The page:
India’s petchem projects dilemma

By Malini Hariharan

I have been doing my annual exercise of compiling major petrochemicals projects in India and as usual there not too many.

Making a case for investing in a cracker in India has never been easy and the task continues to be difficult despite the demand growth experienced in the last few years.

Lack of competitive feedstocks remains a main issue. Building a naphtha cracker based on imported raw material makes little sense and will not be viable till the government continues with the current import duty of 5%. And the country does not have gas to develop a gas-based project.

Refiners are looking at integrating with petrochemicals to add value to the naphtha that they are currently exporting. Naphtha surplus has been increasing because the power and fertiliser sectors are switching to gas.

Indian Oil Corp’s naphtha cracker at Panipat, which is currently under commissioning, is one example.

Economics of projects such as this one, which is located in a landlocked part of the country, are favourable as the domestic market is the primary target for end products.

“But if you are investing for exports there are better places than India. Besides lack of raw materials poor infrastructure is a major problem,” points out one industry player.

And with the fall in import duties and the numerous free trade agreements a company can even invest in places like Singapore and bring in product to service the domestic market although there is a risk of anti-dumping duties.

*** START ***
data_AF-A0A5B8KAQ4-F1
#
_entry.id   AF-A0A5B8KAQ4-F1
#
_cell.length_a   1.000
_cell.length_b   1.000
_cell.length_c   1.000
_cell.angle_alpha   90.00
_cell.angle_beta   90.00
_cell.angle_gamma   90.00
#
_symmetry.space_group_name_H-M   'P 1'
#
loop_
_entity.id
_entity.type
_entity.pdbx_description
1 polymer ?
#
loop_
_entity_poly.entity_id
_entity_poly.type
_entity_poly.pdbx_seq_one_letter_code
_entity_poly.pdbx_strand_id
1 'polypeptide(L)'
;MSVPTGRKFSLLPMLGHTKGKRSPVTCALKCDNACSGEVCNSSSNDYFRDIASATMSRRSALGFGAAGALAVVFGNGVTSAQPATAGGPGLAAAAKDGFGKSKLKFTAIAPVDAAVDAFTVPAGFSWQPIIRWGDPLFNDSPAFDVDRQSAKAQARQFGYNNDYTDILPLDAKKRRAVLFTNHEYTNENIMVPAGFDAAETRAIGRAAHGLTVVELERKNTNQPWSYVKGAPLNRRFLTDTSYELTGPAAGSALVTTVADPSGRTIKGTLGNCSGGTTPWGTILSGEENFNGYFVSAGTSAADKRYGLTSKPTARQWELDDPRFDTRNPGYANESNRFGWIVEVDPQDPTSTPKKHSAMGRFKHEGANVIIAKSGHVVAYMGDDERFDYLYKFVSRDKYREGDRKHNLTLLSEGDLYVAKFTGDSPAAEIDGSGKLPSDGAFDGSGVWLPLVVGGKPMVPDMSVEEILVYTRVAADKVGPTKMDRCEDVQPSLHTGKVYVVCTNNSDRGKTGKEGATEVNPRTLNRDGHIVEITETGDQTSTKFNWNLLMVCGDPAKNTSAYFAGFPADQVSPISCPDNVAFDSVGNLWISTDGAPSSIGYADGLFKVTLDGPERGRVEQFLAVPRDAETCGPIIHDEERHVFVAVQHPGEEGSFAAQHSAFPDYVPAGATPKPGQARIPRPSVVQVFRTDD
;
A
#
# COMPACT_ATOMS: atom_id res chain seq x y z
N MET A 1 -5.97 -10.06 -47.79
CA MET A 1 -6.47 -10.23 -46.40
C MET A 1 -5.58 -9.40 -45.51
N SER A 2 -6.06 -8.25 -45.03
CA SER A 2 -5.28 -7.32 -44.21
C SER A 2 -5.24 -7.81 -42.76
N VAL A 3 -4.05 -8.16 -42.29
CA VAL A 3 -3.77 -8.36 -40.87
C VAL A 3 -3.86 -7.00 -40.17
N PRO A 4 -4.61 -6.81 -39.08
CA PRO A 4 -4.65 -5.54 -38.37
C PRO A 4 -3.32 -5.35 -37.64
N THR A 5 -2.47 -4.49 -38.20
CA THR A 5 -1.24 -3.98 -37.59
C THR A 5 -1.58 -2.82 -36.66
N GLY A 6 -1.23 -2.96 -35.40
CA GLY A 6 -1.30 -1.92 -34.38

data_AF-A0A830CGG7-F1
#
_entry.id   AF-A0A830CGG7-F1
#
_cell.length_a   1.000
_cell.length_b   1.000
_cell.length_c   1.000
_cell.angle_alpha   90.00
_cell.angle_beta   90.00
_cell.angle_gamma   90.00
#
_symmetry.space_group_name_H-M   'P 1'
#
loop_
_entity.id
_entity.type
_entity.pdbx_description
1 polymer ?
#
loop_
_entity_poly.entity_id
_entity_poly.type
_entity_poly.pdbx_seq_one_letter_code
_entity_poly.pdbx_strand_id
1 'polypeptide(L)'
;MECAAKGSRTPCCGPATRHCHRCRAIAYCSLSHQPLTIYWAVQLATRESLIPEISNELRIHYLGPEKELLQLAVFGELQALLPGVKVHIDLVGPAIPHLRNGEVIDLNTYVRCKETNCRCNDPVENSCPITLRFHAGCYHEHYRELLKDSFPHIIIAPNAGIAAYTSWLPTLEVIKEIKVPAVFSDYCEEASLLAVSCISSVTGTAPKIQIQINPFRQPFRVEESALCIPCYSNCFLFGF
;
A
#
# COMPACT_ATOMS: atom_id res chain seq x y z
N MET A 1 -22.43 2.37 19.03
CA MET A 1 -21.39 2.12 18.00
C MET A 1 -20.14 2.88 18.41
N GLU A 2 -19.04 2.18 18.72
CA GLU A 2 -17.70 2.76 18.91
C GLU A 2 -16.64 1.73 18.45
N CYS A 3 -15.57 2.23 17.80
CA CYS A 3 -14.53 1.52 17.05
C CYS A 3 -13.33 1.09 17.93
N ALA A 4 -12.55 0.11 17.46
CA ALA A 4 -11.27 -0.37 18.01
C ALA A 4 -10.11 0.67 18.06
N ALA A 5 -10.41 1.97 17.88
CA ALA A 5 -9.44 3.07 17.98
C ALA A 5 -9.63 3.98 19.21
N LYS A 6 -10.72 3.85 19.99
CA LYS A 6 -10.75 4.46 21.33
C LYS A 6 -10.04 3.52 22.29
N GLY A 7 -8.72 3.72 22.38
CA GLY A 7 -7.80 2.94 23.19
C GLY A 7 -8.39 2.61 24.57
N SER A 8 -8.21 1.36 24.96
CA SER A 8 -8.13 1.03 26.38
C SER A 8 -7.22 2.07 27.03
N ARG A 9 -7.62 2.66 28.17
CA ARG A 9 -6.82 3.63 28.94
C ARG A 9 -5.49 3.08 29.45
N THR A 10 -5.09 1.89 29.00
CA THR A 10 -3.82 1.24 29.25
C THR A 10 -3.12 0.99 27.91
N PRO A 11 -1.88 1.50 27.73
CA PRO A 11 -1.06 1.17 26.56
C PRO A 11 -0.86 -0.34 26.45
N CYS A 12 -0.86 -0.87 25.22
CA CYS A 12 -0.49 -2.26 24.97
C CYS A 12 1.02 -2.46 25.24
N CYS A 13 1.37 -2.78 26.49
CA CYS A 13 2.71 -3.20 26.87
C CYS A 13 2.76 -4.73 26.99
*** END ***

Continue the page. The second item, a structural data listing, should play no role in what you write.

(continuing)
There are many products where Indian imports are steadily rising. PVC imports are expected to cross 600,000 tonnes in 2009-10 which translates to two world scale plants.

Imports account for over 50% of Indian methanol demand of around 1.15m tonnes. Demand is growing by 10-11%/year and the share of imports is projected to rise as there are no new projects in the pipeline.

“There is a fear factor,” explains one Indian methanol producer. “Indian gas prices are increasing and we will be hit if we invest. We would rather have a relationship with a Middle East producer and bring in product,” he adds.

In the case of PVC, high power costs is a deterrent for some companies while others face problems in tying up ethylene and chlorine.

Will the projects scenario change?

There is a possibility, says a second industry source. India will see more projects if it delivers the kind of demand growth seen in 2009 for a few more years, says another source.

Then proximity to the market rather than feedstocks would be a key factor.

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